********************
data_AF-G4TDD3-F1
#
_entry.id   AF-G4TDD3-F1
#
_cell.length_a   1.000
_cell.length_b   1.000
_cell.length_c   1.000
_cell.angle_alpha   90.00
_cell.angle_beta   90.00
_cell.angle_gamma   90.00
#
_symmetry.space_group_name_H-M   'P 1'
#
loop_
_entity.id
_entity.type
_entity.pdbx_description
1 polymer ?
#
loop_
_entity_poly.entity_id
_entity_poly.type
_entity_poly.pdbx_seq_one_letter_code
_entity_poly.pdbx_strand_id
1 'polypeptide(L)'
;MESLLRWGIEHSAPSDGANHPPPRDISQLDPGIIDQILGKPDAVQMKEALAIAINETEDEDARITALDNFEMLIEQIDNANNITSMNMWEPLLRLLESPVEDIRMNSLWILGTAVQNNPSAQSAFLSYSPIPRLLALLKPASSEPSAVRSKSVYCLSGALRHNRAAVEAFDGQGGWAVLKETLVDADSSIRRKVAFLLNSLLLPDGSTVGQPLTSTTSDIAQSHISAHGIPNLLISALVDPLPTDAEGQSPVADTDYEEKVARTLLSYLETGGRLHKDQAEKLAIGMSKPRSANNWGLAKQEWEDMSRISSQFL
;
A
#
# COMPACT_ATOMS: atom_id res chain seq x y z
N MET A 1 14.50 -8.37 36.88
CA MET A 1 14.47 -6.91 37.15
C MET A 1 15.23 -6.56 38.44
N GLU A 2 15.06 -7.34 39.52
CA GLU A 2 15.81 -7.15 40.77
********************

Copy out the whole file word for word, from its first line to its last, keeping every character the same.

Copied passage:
data_AF-G4TDD3-F1
#
_entry.id   AF-G4TDD3-F1
#
_cell.length_a   1.000
_cell.length_b   1.000
_cell.length_c   1.000
_cell.angle_alpha   90.00
_cell.angle_beta   90.00
_cell.angle_gamma   90.00
#
_symmetry.space_group_name_H-M   'P 1'
#
loop_
_entity.id
_entity.type
_entity.pdbx_description
1 polymer ?
#
loop_
_entity_poly.entity_id
_entity_poly.type
_entity_poly.pdbx_seq_one_letter_code
_entity_poly.pdbx_strand_id
1 'polypeptide(L)'
;MESLLRWGIEHSAPSDGANHPPPRDISQLDPGIIDQILGKPDAVQMKEALAIAINETEDEDARITALDNFEMLIEQIDNANNITSMNMWEPLLRLLESPVEDIRMNSLWILGTAVQNNPSAQSAFLSYSPIPRLLALLKPASSEPSAVRSKSVYCLSGALRHNRAAVEAFDGQGGWAVLKETLVDADSSIRRKVAFLLNSLLLPDGSTVGQPLTSTTSDIAQSHISAHGIPNLLISALVDPLPTDAEGQSPVADTDYEEKVARTLLSYLETGGRLHKDQAEKLAIGMSKPRSANNWGLAKQEWEDMSRISSQFL
;
A
#
# COMPACT_ATOMS: atom_id res chain seq x y z
N MET A 1 14.50 -8.37 36.88
CA MET A 1 14.47 -6.91 37.15
C MET A 1 15.23 -6.56 38.44
N GLU A 2 15.06 -7.34 39.52
CA GLU A 2 15.81 -7.15 40.77